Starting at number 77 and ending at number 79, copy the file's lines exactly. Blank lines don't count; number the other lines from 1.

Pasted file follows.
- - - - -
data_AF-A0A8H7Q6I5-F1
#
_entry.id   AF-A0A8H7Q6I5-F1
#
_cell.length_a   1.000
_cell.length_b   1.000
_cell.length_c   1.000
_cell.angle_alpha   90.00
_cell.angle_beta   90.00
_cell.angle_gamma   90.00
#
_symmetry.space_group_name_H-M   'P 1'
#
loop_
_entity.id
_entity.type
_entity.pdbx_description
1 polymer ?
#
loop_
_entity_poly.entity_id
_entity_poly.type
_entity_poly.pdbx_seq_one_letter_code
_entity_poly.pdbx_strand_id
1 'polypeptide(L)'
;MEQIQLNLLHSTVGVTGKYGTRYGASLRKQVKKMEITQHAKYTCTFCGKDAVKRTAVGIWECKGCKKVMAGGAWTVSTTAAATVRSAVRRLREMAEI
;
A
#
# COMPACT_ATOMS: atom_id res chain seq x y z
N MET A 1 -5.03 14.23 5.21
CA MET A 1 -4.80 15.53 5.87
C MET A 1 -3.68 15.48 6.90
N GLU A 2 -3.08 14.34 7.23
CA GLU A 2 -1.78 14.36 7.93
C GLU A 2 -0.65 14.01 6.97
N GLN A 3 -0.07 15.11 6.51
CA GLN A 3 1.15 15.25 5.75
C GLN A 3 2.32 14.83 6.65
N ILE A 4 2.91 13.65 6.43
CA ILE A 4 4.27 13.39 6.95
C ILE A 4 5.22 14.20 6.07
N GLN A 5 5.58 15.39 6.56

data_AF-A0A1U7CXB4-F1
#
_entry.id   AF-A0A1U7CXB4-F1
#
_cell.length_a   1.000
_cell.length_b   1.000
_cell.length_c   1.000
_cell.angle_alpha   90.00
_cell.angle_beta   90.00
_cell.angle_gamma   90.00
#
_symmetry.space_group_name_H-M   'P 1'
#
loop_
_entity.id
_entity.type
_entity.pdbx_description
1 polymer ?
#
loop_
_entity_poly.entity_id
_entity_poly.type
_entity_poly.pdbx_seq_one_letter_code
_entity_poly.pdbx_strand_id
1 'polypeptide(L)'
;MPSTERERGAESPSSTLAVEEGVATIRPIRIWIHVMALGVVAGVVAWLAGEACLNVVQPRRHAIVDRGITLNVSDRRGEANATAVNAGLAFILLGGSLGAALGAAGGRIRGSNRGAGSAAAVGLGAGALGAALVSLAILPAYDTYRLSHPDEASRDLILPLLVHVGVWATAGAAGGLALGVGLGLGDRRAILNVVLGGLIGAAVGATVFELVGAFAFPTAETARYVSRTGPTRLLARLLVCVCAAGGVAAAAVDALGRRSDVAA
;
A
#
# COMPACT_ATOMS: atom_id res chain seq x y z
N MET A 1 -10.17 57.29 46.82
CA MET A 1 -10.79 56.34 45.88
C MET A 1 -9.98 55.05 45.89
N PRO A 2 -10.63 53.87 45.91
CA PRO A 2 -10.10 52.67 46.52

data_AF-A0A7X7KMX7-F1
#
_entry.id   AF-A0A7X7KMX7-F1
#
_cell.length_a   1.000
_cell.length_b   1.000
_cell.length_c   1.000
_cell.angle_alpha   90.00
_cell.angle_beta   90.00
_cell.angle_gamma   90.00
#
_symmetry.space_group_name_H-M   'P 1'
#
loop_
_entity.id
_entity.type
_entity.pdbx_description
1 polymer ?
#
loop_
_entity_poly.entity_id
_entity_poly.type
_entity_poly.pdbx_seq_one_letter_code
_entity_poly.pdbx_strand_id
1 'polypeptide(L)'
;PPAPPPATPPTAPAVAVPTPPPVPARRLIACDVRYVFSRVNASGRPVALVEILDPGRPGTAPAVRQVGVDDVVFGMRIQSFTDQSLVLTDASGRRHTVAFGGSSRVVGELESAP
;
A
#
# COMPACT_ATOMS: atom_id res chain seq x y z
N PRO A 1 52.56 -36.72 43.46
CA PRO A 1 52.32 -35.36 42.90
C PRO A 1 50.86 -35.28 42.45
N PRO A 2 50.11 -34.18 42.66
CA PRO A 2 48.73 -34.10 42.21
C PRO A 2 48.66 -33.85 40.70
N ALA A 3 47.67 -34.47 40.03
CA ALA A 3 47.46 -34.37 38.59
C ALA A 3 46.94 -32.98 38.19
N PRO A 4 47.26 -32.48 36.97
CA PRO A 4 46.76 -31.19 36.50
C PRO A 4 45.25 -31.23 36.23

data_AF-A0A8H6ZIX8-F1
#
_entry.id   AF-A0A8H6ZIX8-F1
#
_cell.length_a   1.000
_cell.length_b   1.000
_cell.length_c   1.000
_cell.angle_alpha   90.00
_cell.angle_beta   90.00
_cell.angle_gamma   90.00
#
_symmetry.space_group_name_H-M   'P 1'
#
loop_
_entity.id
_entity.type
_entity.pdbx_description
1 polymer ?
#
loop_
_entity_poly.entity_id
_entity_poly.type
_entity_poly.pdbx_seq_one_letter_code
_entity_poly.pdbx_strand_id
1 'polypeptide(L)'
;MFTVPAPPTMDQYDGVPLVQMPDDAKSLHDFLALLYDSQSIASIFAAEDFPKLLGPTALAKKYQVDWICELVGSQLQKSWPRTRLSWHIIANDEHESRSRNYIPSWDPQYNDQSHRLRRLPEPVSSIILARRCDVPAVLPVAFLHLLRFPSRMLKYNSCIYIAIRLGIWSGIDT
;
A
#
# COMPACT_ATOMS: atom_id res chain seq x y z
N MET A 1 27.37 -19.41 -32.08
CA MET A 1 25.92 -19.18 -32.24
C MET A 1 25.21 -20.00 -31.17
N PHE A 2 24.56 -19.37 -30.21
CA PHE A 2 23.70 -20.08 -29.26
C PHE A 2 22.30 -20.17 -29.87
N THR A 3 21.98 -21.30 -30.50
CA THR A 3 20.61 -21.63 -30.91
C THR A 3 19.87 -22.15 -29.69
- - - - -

N PRO A 2 -10.63 53.87 45.91
CA PRO A 2 -10.10 52.67 46.52

data_AF-A0A7X7KMX7-F1